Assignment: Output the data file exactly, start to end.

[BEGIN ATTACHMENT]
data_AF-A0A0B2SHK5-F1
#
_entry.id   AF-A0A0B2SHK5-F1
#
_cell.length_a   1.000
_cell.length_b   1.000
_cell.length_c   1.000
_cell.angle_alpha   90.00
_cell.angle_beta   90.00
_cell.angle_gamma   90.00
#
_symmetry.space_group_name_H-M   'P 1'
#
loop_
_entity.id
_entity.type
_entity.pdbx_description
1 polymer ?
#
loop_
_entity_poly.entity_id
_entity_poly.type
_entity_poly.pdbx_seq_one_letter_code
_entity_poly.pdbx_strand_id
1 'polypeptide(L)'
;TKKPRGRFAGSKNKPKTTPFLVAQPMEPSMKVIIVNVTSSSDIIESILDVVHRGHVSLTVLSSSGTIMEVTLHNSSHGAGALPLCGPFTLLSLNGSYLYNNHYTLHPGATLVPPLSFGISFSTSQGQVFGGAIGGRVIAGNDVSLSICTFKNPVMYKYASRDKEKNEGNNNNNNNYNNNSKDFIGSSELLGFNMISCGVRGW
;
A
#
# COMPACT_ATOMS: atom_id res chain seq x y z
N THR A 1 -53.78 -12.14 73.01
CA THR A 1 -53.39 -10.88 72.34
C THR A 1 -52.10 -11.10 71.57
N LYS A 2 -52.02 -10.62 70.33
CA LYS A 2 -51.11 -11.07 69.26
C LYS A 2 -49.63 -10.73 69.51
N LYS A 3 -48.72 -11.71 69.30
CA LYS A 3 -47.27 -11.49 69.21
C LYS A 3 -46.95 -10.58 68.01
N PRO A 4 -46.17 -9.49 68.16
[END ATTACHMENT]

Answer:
data_AF-A0A0B2SHK5-F1
#
_entry.id   AF-A0A0B2SHK5-F1
#
_cell.length_a   1.000
_cell.length_b   1.000
_cell.length_c   1.000
_cell.angle_alpha   90.00
_cell.angle_beta   90.00
_cell.angle_gamma   90.00
#
_symmetry.space_group_name_H-M   'P 1'
#
loop_
_entity.id
_entity.type
_entity.pdbx_description
1 polymer ?
#
loop_
_entity_poly.entity_id
_entity_poly.type
_entity_poly.pdbx_seq_one_letter_code
_entity_poly.pdbx_strand_id
1 'polypeptide(L)'
;TKKPRGRFAGSKNKPKTTPFLVAQPMEPSMKVIIVNVTSSSDIIESILDVVHRGHVSLTVLSSSGTIMEVTLHNSSHGAGALPLCGPFTLLSLNGSYLYNNHYTLHPGATLVPPLSFGISFSTSQGQVFGGAIGGRVIAGNDVSLSICTFKNPVMYKYASRDKEKNEGNNNNNNNYNNNSKDFIGSSELLGFNMISCGVRGW
;
A
#
# COMPACT_ATOMS: atom_id res chain seq x y z
N THR A 1 -53.78 -12.14 73.01
CA THR A 1 -53.39 -10.88 72.34
C THR A 1 -52.10 -11.10 71.57
N LYS A 2 -52.02 -10.62 70.33
CA LYS A 2 -51.11 -11.07 69.26
C LYS A 2 -49.63 -10.73 69.51
N LYS A 3 -48.72 -11.71 69.30
CA LYS A 3 -47.27 -11.49 69.21
C LYS A 3 -46.95 -10.58 68.01
N PRO A 4 -46.17 -9.49 68.16